To identify the criteria deficiencies found during peer consultation of hospitals and the relationship to subsequent verification.
Between September 1987 and December 1992, 52 hospitals had consultation visits using American College of Surgeons criteria. Each report was studied for deficiencies, frequency of deficiencies, and relationship to verification.
There are 108 American College of Surgeons criteria. Thirty-five different criteria deficiencies were found. The number of deficiencies per hospital ranged from zero to 12. The more frequent deficiencies included a lack of the following: quality improvement, 35 (67%); trauma service, 20 (38%); trauma surgeon in emergency department, 20 (38%); 24-hour operating room availability, 17 (33%); trauma registry, 17(33%): trauma continuing medical education, 16 (31%); trauma director, 15 (29%); computed tomography technician in hospital, 15 (29%); research, 14 (27%); trauma coordinator, 14 (27%); and neurosurgeon availability, 13 (25%). No hospital that lacked commitment of surgeons (n=12) or hospital (n=3) requested a verification visit. Twenty-four hospitals (46%) achieved verification by February 1994. Twenty-eight hospitals had six or fewer deficiencies, with 19 (68%) verified. Twenty-four hospitals had seven or more deficiencies, with only five (21%) subsequently verified. Verification visits followed consultation by 3 to 52 months. Two hospitals with nine deficiencies were verified after 30 and 48 months, although one failed its first verification visit.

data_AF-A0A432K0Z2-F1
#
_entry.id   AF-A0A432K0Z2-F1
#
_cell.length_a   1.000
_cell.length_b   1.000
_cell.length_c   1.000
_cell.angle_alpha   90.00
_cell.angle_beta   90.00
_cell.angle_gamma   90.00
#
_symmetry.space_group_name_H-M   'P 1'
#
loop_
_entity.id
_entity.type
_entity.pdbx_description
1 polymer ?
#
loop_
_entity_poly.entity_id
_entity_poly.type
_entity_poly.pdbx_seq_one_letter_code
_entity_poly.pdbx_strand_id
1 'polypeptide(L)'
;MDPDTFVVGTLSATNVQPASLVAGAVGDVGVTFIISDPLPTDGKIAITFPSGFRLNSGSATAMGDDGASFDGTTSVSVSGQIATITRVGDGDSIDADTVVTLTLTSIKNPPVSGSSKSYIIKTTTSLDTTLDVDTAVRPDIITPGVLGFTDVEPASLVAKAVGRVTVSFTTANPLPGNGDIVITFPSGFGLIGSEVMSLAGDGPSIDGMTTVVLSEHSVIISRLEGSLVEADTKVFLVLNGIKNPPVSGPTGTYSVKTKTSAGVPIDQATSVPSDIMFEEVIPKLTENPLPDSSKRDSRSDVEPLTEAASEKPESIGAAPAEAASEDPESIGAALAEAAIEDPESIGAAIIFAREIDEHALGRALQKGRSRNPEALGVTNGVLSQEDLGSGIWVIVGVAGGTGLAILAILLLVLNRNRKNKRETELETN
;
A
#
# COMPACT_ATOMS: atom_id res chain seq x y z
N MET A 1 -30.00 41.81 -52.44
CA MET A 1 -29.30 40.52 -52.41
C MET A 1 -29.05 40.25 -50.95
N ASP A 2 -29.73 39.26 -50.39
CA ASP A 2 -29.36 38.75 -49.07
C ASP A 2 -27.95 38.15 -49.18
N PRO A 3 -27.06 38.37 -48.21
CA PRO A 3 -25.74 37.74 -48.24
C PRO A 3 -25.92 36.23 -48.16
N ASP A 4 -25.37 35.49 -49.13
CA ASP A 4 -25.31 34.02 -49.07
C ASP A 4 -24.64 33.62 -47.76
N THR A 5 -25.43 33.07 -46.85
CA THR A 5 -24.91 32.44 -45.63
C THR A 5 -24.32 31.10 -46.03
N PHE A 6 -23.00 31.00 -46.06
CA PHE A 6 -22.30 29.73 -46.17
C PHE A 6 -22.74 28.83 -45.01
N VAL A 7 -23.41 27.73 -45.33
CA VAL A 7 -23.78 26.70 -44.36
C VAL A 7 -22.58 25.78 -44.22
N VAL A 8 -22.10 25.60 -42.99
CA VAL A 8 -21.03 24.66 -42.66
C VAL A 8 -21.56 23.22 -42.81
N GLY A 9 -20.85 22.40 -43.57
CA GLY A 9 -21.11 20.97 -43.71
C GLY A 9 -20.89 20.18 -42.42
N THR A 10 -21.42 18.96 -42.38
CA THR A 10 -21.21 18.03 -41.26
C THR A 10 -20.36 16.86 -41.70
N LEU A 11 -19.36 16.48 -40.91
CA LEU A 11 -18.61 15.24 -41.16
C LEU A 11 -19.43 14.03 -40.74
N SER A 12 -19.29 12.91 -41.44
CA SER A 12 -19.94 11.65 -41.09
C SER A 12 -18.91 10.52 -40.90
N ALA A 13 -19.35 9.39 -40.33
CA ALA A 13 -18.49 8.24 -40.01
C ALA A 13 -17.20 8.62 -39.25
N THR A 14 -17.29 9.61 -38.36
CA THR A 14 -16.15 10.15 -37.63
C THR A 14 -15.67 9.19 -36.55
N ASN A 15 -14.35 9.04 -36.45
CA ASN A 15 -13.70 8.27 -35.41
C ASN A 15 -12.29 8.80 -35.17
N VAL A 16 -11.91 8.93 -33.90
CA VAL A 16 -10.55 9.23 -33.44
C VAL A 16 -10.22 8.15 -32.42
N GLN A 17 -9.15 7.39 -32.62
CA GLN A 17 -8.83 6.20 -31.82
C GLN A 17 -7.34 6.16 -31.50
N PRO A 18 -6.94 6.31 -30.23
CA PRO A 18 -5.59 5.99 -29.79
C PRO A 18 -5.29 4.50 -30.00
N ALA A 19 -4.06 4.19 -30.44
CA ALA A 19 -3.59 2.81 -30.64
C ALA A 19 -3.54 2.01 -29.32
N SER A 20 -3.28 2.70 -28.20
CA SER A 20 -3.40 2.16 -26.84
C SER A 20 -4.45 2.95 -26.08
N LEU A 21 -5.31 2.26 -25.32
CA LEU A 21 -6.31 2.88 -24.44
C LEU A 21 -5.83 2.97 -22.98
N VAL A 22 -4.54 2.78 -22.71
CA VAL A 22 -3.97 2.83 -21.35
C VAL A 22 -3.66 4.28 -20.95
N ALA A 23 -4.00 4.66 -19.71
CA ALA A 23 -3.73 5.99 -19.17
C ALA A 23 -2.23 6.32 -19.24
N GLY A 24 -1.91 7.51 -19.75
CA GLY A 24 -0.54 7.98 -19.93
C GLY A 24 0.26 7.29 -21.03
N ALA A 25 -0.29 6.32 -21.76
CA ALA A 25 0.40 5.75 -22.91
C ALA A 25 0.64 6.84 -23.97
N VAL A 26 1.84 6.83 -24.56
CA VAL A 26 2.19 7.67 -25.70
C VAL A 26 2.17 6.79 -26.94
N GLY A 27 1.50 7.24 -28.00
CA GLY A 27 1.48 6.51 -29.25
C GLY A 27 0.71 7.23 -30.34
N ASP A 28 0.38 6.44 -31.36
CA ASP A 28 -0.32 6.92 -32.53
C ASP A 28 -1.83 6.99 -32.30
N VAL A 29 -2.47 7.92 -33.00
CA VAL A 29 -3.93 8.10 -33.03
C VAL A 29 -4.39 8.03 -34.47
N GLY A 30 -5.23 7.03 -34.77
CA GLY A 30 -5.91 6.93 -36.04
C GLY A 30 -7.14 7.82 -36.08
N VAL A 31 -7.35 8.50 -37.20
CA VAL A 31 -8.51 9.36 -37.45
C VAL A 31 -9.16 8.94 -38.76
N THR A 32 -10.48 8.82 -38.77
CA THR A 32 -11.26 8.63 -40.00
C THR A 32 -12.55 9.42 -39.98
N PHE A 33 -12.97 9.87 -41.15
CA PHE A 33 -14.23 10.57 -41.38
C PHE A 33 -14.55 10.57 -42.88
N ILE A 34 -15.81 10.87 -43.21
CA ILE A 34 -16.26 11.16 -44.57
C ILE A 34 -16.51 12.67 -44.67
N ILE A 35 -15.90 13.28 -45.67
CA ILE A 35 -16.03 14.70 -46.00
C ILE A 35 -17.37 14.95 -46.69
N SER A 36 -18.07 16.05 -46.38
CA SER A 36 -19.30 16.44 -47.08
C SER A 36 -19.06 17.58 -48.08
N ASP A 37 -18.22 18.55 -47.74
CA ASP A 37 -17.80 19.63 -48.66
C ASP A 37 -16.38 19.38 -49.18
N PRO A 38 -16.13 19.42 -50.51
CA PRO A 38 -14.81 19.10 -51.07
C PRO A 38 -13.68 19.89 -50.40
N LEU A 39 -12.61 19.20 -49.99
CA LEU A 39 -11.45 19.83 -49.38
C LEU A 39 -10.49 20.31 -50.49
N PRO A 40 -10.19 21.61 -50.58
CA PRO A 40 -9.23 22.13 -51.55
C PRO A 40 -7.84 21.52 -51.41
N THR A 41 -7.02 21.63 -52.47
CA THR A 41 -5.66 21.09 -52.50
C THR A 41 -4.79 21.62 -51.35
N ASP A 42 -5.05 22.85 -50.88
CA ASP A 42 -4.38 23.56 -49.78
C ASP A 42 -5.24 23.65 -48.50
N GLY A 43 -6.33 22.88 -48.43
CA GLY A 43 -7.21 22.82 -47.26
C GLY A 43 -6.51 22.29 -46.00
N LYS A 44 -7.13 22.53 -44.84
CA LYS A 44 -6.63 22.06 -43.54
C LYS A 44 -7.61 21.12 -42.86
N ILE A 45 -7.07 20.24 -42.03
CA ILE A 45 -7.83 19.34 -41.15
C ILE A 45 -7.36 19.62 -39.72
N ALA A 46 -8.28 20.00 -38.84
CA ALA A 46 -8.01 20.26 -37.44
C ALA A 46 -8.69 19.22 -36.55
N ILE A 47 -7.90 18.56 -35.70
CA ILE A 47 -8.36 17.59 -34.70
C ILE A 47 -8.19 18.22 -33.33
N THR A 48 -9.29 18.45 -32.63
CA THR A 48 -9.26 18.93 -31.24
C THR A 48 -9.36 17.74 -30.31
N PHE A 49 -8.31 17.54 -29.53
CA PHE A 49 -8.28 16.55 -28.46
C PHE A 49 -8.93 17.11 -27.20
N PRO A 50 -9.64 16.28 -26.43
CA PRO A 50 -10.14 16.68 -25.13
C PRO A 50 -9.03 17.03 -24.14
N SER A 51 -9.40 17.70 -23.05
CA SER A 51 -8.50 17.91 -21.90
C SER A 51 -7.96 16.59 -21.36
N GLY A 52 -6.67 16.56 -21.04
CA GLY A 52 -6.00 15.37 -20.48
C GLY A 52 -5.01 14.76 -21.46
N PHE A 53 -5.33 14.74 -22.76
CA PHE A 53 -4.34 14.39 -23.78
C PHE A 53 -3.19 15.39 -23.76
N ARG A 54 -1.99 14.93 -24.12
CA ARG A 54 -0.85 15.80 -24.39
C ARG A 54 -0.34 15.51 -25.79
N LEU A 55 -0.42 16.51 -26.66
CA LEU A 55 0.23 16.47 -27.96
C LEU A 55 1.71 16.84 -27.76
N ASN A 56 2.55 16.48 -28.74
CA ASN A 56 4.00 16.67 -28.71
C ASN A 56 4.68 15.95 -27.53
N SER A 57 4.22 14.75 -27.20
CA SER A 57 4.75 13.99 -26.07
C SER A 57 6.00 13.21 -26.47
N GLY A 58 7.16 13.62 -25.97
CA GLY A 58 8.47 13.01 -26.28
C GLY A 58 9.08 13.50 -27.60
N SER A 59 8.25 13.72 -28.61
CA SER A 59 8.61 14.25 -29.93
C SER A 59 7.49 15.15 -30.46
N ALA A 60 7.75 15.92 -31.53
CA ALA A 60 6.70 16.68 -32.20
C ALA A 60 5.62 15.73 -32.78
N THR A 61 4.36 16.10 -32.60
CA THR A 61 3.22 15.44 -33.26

American College of Surgeons consultation assists hospitals to identify their trauma center capability and appears to improve their ability to pass subsequent trauma center verification. Most criteria deficiencies are correctable. Lack of commitment by the surgeons or hospital is difficult to correct. There is an inverse relationship between the number of deficiencies and subsequent verification.(Arch Surg. 1995;130:578-584)
Mitchell FL, Thal ER, Wolferth CC. Analysis of American College of Surgeons Trauma Consultation Program. Arch Surg. 1995;130(6):578–584. doi:10.1001/archsurg.1995.01430060016003
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